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Dictionary of the Vulgar Tongue – Day Seventy-Seven

The Dictionary of the Vulgar Tongue was first published at the end of the eighteenth century, and given that the Coronavirus crisis is giving too much time to read books, I thought I’d pick a daily word from it until I got bored…..


Another one of the dictionary’s longer definitions, “money paid by the richer sort of prisoners in the Fleet and King’s Bench, to the poorer, for their share of a room. When prisons are very full, which is too often the case, particularly on the even of an insolvent act, two or three persons are obliged to sleep in a room. A prisoner who can pay for being alone, chooses two poor chums, who for a stipulated price, called chummage, give up their share of the room, and sleep on the stairs, or, as the term is, ruff it”.

A guide at the time the dictionary was published gives great details about Fleet prison, which had 109 rooms and 89 of these could receive chums. Fifteen rooms were given away to the poor or large families (and as an aside, Fleet and King’s Bench had many debtors in who would have had little money), a practice known as Bartholomew Fair, whereas three rooms had no fireplace and were exempt from chummage and two were used for the blind, the mad or those it was probably just easiest to give their space.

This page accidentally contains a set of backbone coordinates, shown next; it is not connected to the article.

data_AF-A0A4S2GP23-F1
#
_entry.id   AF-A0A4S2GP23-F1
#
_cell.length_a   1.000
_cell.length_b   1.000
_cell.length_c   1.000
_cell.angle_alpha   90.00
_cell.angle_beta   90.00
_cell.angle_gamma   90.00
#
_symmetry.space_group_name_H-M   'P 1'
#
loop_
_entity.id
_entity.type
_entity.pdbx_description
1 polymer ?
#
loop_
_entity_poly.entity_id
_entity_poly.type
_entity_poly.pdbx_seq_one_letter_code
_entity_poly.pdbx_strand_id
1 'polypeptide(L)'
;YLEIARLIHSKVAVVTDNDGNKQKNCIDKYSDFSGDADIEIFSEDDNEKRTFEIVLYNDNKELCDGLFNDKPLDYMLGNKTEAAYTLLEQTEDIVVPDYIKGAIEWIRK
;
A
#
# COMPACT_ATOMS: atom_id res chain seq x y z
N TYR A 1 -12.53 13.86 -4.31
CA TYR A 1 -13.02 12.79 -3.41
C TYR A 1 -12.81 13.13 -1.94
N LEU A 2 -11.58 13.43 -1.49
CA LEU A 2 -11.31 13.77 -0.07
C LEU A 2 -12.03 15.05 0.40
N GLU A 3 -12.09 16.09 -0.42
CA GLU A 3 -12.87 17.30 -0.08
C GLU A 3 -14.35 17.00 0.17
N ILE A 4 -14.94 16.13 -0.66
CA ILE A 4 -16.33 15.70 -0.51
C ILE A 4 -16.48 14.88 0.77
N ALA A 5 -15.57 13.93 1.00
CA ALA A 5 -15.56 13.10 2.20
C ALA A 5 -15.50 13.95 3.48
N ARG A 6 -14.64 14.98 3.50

The process was strictly regimented so that new prisoners were placed in turn around the rooms and the concept was that the existing prisoner in a room was the owner, the newcomer was the chum. However, neither could force anything on the other, they could only pay each other out and that process was overseen by the warden. It would cost 4 shillings to buy someone out of a room, with rent then payable to the prison warden and this charge would depend whether it was a furnished or unfurnished room.

As an aside, it’s far from the free for all I had expected in nineteenth-century prisons…. But, the above rules were for master’s side of the prison, whereas the common side was a different affair. Here people were dumped in larger cells and they didn’t pay fees, but were entitled to sit and beg at the side of the prison from people passing by. This might be handy for those who were debtors and who needed to buy themselves out of prison.

There were usually around 200 prisoners in Fleet, but there were also another 75 or so who lived in the area of the Liberty of the Fleet, located around the prison. Prisoners could stay here instead, usually choosing accommodation to suit their wealth, but they had to give a deposit to the prison warden as a security against them running off. This was less as the warden was worried they might escape and go on the run, it was solely to ensure that they received their money, as prisons were run privately as profit-making enterprises.

Another prison where chummage was common, and only debtors didn’t have to pay, was Marshalsea and the going rate in 1818 was half a crown a week to “make the roommate go away”, typically to a cold and bleak part of the buildings. It’s all a sign of how the rich and the poor certainly used to have different prison experiences…..